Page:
in Proceedings of IEEE International Conference on Development and Learning and Epigenetic Robotics (ICDL-Epirob), San Diego, USA. Bibtex
The Interaction of Maturational Constraints and Intrinsic Motivations in Active Motor Development
Baranes, A., Oudeyer, P-Y. (2011)
in proceedings of the IEEE International Conference on Development and Learning (ICDL-Epirob) , Frankfurt, Germany. Bibtex
Intrinsically Motivated Goal Exploration for Active Motor Learning in Robots: a Case Study
Baranes, A., Oudeyer, P-Y. (2010)
inProceedings of IEEE/RSJ International Conference on Intelligent Robots and Systems (IROS 2010), Taipei, Taiwan. Bibtex
Active Learning and Intrinsically Motivated Exploration in Robots: Advances and Challenges (Guest editorial)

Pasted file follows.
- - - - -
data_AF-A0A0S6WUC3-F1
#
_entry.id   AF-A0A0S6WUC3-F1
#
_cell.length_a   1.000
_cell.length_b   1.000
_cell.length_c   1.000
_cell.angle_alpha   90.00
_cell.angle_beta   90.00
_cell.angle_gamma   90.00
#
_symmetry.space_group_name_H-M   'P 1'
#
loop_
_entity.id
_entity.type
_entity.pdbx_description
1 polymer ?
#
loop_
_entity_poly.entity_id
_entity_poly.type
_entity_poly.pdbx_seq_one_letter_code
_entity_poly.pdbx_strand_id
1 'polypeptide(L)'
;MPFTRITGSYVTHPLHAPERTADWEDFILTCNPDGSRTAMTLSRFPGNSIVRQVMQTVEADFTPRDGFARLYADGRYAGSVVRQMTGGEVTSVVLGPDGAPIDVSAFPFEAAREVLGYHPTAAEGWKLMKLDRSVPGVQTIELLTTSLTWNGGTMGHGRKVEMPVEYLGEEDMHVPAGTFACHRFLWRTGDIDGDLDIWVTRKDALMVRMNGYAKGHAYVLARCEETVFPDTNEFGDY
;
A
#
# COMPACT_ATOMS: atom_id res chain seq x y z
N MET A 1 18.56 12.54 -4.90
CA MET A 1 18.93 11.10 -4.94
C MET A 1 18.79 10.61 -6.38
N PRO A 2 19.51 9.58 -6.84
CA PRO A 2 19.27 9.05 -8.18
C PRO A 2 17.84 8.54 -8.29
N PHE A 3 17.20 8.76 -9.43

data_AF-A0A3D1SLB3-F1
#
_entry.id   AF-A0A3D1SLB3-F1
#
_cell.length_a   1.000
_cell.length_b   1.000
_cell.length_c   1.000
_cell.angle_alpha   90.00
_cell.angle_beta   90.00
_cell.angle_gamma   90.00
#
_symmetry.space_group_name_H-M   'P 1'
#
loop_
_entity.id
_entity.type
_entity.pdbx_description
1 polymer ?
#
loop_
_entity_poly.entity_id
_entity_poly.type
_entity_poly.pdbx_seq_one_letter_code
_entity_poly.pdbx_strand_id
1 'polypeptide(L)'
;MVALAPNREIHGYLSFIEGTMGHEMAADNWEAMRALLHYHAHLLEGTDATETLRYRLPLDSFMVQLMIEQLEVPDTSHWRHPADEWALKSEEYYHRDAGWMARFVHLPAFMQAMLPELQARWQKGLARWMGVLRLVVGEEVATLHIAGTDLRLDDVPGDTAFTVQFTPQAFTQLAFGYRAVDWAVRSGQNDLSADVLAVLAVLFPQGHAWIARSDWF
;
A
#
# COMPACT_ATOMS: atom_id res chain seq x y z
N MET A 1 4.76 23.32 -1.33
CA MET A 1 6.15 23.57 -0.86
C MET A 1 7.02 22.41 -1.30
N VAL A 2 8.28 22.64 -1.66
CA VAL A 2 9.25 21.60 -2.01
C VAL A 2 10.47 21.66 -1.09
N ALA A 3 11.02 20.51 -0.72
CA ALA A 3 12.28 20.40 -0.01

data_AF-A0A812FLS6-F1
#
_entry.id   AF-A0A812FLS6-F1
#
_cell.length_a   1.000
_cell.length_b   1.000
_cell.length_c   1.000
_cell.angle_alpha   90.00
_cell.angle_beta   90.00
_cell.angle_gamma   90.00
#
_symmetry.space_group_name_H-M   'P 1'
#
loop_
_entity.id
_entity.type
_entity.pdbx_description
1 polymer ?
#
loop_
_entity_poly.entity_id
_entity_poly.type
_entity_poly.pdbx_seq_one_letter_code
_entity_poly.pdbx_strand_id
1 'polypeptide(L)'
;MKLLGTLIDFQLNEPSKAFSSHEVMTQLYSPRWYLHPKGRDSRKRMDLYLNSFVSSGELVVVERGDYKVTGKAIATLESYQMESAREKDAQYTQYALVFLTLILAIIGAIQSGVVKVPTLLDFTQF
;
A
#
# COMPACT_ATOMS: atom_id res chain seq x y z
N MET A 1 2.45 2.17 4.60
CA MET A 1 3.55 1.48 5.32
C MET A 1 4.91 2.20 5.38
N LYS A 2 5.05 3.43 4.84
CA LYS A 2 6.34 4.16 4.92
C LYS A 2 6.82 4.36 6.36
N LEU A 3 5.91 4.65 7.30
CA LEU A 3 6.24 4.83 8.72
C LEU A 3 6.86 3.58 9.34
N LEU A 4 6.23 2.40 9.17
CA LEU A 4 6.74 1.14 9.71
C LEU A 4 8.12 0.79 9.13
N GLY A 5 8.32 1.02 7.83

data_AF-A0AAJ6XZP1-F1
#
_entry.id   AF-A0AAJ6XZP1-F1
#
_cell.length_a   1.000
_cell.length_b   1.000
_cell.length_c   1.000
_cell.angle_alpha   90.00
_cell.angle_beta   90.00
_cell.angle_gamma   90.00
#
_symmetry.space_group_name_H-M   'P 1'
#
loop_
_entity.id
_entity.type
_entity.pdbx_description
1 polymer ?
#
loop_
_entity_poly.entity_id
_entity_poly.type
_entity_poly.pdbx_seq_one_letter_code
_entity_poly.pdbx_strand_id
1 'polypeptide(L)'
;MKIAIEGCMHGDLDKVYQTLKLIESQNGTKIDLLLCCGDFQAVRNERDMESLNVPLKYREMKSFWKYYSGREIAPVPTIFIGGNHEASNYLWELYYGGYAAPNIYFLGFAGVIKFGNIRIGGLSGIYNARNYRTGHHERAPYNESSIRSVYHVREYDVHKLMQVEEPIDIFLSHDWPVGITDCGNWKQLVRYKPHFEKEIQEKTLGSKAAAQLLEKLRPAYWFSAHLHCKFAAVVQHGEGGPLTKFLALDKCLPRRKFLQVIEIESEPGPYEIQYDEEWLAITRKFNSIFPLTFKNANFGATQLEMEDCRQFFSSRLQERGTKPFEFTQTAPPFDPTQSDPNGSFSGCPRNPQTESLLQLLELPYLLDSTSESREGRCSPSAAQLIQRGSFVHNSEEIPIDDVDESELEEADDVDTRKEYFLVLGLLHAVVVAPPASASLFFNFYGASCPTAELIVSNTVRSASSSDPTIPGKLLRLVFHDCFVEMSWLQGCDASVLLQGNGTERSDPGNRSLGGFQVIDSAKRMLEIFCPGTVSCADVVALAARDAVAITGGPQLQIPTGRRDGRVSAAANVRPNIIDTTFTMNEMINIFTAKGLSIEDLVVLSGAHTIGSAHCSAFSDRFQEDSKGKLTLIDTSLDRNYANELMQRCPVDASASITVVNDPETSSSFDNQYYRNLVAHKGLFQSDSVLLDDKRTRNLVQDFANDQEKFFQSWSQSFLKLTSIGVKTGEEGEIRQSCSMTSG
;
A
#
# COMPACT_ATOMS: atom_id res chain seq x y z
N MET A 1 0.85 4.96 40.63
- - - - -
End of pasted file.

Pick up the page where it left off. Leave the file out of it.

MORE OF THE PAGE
Lopes, M., Oudeyer, P-Y. (2010)
IEEE Transactions on Autonomous Mental Development, 2(2), pp. 65-69. Bibtex
R-IAC: Robust intrinsically motivated exploration and active learning
Baranes, A., Oudeyer, P-Y. (2009)
IEEE Transactions on Autonomous Mental Development, 1(3), pp. 155-169. Bibtex
Intrinsic Motivation Systems for Autonomous Mental Development
Oudeyer P-Y, Kaplan , F. and Hafner, V. (2007)
IEEE Transactions on Evolutionary Computation, 11(2), pp. 265–286. DOI:10.1109/TEVC.2006.890271. Bibtex
What is intrinsic motivation? A typology of computational approaches
Oudeyer P-Y. and Kaplan F. (2007)
Frontiers in Neurorobotics, 1:6, doi: 10.3389/neuro.12.006.2007. Bibtex
Oudeyer P-Y., Kaplan F. (2006)
Connection Science, 18(2), pp. 189–206. Bibtex
Motivational principles for visual know-how development.
Kaplan, F., Oudeyer, P-Y (2003)
In Prince, C.G. and Berthouze, L. and Kozima, H. and Bullock, D. and Stojanov, G. and Balkenius, C., editor, Proceedings of the 3rd international workshop on Epigenetic Robotics : Modeling cognitive development in robotic systems, no. 101, pages 73-80, 2003. Lund University Cognitive Studies.